At this point, it is easier to understand that the condition of eustress is determined by the awareness of being perfectly capable of governing the situation while maintaining lucidity and balance.
This type of response produces gratification and improves self-esteem. The factors that cause distress, on the other hand, are generated by being forced to endure a situation perceived as negative, by not being able to organise an effective response, and by thinking that there is nothing one can do to escape from such discomfort.
This situation causes physical and mental exhaustion, a sense of frustration and a progressively increasing state of malaise.
The ability to deal effectively with potentially stressful situations is therefore closely linked to the ability to produce effective coping strategies.
These strategies, defined as ‘coping’, include the set of actions, both cognitive and behavioural, intentionally implemented by the subject in order to cope with the negative impact of the stressful event.
Response strategies that represent the result of a long elaboration of personal experience, and therefore intimately linked to the individual characteristics of the subject.
This is a very important consideration when we are called upon to address this issue within a coaching relationship.
As is well known, coaching is a practice that starts from a careful analysis of the present situation, makes the desired goal clear and, through work on the coachee’s level of awareness and empowerment, aims at getting as close as possible to achieving the desired situation.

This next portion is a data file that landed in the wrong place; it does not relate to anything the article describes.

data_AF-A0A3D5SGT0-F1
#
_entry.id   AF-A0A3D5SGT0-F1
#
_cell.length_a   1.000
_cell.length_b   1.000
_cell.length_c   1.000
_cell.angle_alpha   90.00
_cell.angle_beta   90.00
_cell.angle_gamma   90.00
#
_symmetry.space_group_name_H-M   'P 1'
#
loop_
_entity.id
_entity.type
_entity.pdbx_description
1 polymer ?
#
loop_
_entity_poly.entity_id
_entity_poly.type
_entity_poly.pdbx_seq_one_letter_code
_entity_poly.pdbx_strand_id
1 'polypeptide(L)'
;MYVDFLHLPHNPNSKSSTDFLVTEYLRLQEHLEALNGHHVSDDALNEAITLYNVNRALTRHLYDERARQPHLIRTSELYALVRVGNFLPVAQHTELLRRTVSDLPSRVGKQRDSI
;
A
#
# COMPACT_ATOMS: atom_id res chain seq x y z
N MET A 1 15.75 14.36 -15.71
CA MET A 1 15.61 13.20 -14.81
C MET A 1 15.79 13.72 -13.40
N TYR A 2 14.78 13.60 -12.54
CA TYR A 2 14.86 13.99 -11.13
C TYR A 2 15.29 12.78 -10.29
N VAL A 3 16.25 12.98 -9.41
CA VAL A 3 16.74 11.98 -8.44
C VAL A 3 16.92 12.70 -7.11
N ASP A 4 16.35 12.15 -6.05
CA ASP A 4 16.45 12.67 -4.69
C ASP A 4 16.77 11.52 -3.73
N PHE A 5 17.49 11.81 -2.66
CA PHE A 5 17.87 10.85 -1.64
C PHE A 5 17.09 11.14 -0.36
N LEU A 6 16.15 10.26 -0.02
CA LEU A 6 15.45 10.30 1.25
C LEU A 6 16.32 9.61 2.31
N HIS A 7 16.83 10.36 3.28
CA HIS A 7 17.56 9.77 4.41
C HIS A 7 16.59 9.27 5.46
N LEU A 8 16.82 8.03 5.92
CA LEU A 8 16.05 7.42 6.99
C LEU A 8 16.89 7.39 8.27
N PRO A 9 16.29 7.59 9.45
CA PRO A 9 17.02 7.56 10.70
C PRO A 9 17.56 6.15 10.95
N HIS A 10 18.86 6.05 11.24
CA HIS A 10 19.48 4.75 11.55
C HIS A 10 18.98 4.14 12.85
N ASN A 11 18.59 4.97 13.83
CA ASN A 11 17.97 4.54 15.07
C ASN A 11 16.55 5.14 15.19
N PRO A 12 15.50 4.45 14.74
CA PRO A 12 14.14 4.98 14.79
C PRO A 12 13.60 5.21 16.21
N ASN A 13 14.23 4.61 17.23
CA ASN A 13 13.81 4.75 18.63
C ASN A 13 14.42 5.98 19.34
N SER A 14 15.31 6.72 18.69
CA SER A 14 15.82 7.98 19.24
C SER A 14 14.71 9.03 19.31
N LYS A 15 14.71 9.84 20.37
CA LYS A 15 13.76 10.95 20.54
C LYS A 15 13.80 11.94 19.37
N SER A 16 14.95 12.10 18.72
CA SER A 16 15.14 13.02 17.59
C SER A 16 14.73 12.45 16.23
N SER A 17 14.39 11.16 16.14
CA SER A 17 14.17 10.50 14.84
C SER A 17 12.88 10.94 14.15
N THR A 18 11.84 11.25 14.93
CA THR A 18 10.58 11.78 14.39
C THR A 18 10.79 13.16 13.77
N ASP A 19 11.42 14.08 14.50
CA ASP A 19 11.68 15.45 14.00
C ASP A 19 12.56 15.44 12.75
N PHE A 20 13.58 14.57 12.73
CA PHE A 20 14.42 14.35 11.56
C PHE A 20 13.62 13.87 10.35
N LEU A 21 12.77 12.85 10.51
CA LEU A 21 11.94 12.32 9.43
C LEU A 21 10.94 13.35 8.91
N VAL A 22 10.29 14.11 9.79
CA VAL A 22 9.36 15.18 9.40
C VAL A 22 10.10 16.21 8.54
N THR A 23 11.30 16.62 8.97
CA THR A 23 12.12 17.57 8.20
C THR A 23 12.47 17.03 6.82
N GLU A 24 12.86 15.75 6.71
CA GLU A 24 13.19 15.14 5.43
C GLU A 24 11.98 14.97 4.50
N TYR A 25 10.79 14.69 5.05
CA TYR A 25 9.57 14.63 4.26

It is therefore a matter of mobilising the person’s resources to reach the goal effectively: a project that concerns the client’s personal or professional sphere in a logic of projection towards the future, intentionally disregarding the retrospective gaze.
Today’s world of work is characterised by increasing levels of complexity and uncertainty, and our clients increasingly report situations in which a well-established behaviour, considered as a strength within specific contexts, is transformed into the cause of numerous problems in a very short space of time.
In situations with a high stress index, often increased by the sense of loneliness that managers feel within the relationship dynamics in which they are involved.
It is natural to understand how difficult it is to accept this situation and how important it is to deal with it with the utmost care and attention.
The more the levels of complexity and responsibility in a professional activity increase, the less one can limit oneself to depend on technical expertise alone.
The evolution of processes within organisations and the continuous change of contexts and relationship dynamics generate situations of discomfort and fatigue that are perceived as severely limiting one’s capacity for action and expression.
Strong relational skills and a good command of one’s own emotional sphere are therefore necessary, or rather indispensable.
Some research has highlighted how failures and failures can be explained by so-called ‘derailing factors’: individual blocks and personal limits that almost always arise from a lack of awareness of one’s own emotional dynamics and their consequences.
These limiting factors manifest themselves in difficulties in having positive relationships, in a lack of ability to manage emotions such as anger, fear or contempt for what is perceived as different or distant from oneself.
Or through blockages related to the decision-making process or discomforts related to the tiring and difficult relationship with power both acted upon and suffered.